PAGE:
ASA is already considered a key player on offshore aquaculture in Congress. ASA will work with Senator Wicker (R-MS) to support re-introduction of the offshore legislation he introduced in the 115th Congress and continue trying to help him find a Democratic co-sponsor. A similar effort will take place in the House, where Collin Peterson (D-MN), current chairman of the Ag Committee, introduced the bill last year and has already indicated interest in holding a hearing in the House Agriculture Committee in 2019.
Additionally, the small group of aquaculture supporters has been engaged in a circular firing squad, fighting among themselves about details of aquaculture legislation. ASA should help to convene a planning session with aquaculture interests that could identify a shared agenda and how to advance it in 2019.
ASA supports implementation of marine aquaculture policies that will lead to development of a domestic offshore aquaculture industry. With foreign aquaculture now accounting for about half of the 91 percent of seafood imported by the United States, development of a domestic industry will create U.S. jobs and meet growing demand for a safe and sustainable source of seafood. According to the United Nation’s Food and Agriculture Organization (FAO), the world is now eating more farmed fish than wild catches.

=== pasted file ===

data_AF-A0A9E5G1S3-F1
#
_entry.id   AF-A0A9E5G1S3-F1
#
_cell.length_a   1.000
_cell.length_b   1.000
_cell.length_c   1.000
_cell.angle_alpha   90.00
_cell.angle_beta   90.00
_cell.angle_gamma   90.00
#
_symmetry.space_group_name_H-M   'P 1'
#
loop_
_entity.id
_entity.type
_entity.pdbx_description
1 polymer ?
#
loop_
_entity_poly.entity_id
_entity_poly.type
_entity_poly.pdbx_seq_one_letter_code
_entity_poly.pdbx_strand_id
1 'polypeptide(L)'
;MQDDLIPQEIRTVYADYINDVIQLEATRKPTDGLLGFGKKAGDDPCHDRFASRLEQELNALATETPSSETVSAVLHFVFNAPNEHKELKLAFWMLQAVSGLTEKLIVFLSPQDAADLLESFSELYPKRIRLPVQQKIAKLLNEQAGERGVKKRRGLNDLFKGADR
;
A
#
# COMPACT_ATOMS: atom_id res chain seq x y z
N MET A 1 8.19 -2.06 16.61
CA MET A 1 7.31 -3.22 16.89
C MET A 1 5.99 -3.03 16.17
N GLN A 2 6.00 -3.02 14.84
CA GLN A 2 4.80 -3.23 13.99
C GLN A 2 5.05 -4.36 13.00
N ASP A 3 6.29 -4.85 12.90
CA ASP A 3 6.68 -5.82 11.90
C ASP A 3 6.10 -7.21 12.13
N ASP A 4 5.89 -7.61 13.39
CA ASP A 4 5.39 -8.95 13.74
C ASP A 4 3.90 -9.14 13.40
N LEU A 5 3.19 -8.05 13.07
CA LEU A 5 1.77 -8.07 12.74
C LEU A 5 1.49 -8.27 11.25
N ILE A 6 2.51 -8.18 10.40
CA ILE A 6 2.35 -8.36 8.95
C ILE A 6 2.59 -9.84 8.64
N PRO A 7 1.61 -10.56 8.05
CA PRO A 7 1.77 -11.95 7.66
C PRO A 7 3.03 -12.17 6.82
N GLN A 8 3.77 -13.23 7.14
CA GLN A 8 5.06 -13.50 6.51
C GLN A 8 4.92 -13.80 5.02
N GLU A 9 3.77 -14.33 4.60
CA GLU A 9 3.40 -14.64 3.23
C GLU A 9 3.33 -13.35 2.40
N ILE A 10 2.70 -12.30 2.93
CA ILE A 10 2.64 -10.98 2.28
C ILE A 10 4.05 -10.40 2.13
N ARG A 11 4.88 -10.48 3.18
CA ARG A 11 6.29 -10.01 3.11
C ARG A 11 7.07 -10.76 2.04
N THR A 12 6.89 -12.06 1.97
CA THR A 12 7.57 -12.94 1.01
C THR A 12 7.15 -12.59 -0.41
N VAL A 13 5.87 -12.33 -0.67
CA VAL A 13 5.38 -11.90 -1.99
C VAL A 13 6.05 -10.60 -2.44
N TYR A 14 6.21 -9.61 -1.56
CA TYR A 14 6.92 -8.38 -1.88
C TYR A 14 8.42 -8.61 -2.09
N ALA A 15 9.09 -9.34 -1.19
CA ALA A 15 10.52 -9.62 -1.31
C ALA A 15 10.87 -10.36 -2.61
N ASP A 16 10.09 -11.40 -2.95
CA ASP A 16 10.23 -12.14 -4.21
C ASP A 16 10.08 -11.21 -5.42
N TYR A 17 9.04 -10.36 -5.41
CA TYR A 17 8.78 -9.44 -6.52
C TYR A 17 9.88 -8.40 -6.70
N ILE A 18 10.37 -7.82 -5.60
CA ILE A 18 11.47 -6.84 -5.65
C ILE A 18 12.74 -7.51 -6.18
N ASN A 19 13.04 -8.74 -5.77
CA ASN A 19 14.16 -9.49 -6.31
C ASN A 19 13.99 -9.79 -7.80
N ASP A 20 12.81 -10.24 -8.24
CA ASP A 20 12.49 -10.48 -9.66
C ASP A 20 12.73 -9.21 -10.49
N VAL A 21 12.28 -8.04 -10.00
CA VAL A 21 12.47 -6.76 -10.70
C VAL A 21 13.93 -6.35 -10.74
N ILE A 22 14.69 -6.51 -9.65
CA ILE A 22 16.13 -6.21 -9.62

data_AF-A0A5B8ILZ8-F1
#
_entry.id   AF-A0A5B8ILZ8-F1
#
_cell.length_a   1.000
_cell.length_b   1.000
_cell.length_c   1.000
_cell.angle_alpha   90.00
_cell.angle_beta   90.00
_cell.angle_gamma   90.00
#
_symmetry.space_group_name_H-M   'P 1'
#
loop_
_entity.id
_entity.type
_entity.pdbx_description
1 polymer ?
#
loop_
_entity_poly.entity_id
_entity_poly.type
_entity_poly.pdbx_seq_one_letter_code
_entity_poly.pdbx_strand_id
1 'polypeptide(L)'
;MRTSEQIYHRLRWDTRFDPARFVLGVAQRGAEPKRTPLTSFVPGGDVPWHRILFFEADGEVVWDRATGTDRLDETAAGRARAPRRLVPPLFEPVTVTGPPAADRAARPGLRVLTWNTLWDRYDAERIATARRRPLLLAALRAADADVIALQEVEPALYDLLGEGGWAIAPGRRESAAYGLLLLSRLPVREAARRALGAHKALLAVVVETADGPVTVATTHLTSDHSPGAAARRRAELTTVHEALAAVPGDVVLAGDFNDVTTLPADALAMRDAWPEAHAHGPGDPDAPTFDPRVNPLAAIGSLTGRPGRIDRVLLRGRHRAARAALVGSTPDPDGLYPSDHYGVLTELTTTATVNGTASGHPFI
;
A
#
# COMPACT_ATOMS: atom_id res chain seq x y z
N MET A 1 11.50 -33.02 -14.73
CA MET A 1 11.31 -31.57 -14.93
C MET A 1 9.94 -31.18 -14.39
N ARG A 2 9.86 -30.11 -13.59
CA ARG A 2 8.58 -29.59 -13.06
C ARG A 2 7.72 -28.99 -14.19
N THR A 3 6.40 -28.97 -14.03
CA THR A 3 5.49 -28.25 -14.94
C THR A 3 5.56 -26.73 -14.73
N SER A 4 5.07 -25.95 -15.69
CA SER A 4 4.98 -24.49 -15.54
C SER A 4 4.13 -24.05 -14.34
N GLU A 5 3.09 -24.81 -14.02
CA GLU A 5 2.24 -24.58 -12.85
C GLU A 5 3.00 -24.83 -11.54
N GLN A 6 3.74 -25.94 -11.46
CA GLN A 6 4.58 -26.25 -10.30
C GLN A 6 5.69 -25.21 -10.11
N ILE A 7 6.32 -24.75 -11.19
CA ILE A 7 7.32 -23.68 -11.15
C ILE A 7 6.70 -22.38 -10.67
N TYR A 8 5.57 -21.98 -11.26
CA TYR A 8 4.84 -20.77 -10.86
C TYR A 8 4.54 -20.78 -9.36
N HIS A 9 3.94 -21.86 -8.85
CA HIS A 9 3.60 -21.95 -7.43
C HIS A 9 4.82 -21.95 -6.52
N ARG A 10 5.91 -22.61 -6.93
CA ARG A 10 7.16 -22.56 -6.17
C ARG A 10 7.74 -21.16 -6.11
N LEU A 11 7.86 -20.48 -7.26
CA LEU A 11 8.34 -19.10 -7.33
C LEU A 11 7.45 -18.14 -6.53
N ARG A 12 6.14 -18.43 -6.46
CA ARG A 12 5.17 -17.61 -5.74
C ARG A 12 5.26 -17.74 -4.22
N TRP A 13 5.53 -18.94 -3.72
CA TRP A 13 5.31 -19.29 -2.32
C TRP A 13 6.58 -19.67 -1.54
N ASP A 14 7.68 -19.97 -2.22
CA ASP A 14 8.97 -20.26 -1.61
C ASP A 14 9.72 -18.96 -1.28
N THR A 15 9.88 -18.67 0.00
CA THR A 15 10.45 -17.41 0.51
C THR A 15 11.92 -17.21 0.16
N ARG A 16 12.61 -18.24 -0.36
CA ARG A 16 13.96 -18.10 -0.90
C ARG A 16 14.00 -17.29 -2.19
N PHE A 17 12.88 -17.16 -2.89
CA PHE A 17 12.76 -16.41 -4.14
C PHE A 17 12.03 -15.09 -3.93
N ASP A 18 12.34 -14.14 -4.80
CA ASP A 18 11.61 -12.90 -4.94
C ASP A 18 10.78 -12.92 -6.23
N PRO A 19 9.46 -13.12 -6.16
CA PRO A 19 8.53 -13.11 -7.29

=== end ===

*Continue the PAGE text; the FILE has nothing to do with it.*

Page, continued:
ASA welcomes legislation that would remove barriers to offshore aquaculture permitting and development.
Aquaculture is the fastest-growing form of food production in the world, and most of this growth is offshore and overseas. Seafood imports are the second biggest contributor to the U.S. trade deficit – NOAA puts the U.S. trade deficit for seafood at $14 billion. That number is second only to oil. Major aquaculture-exporting nations include China, India, and Vietnam. U.S. aquaculture—both freshwater and marine—supplies about 5 percent of the U.S. seafood supply, and U.S. marine aquaculture supplies less than 1.5 percent.
ASA supports research on plant-based feeds to position soy as the economically viable and environmentally friendlier alternative to fish meal and fish oil. Since 1992, soybean farmers have funded market development activities for soy-based aquaculture diets, primarily in China. This program has increased demand for soybean meal for farm-raised fish from almost zero to an estimated 8 million metric tons annually, contributing to China’s emergence as the largest market for U.S. soybean exports and soy’s role as the largest U.S. agricultural export.
ASA was heartened by the positive response from Senate Commerce Committee members at their January 2018 hearing on “Growing the Future: Opportunities to Support Domestic Seafood through Aquaculture.” Soybean farmers welcome pro-aquaculture legislation to remove barriers to offshore aquaculture permitting and development.
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